Graduate level, 7.5 hp (ECTS)
The aim of this tutorial is to provide students with advanced knowledge of central aspects of family demography, including fertility, family formation, divorce, and cohabitation. The course will examine the family as a dynamic institution, incorporating a historical and comparative perspective, focusing on late 20th century developments in economically-developed countries. Students will gain competence in both theoretical and empirical analyses, which include critical assessments and understanding of current analytical approaches in family research. The interconnectedness of fertility, paid work, and policy will be contrasted across Nordic countries, as well as those adhering to other welfare regimes. The consequences and implications of changes in the family for individuals and society at large will be explored, with an emphasis on the changing roles of women.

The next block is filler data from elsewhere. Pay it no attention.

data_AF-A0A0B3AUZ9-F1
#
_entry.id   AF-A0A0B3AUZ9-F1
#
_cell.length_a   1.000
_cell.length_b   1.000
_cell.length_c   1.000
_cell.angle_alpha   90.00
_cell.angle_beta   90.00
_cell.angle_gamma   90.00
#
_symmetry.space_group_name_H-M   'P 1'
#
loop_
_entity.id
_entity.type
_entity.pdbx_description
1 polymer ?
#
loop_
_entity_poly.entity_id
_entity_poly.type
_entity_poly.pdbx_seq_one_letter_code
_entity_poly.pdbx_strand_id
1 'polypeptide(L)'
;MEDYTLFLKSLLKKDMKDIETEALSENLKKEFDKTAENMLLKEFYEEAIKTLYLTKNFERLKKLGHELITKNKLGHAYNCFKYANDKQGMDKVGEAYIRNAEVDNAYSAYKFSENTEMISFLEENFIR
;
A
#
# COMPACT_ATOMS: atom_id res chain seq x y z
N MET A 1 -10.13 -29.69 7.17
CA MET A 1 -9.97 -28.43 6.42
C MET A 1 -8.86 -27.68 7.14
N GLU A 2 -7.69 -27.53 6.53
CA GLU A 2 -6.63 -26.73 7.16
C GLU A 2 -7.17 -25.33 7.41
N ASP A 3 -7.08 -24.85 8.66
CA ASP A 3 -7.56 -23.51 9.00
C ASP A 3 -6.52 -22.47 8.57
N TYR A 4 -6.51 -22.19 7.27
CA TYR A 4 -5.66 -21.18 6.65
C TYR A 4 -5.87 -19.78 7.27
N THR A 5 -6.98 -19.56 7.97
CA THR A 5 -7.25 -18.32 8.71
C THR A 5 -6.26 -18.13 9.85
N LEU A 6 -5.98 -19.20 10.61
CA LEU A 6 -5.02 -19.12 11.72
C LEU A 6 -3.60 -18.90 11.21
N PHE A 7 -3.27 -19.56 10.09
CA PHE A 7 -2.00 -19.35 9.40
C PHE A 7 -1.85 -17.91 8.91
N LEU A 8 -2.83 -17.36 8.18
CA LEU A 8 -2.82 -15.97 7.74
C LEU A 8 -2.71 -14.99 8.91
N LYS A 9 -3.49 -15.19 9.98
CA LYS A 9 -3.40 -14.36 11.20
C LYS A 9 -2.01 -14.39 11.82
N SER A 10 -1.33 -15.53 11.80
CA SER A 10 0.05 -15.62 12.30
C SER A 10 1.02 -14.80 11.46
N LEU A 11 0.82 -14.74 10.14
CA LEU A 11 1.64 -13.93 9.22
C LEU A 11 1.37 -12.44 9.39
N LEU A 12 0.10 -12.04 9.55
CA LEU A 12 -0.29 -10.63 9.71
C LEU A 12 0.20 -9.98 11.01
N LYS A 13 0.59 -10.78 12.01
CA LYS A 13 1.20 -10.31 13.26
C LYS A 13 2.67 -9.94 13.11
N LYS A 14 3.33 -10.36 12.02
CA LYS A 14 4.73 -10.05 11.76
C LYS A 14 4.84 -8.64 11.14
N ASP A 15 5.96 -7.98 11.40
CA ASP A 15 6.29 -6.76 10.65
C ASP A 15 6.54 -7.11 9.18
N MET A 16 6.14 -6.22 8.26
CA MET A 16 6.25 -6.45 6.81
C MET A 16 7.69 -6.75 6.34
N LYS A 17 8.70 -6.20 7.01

The course is designed as a tutorial where the student independently reads the designated literature and discusses it with the instructor, and possibly with other students in the group. In addition, the student works with written assignments given by the instructor. The course is divided into three parts. The first part places an emphasis on basic theories of the family and on related developments including but not limited to marriage, cohabitation, and divorce. Part two of the course will focus on three inter-related topics: fertility; the effects of parenthood on work, time use and gender equality; and fertility, work and policy in a comparative perspective. The final part of the course will be devoted to a final paper, which students will present in a final seminar presentation.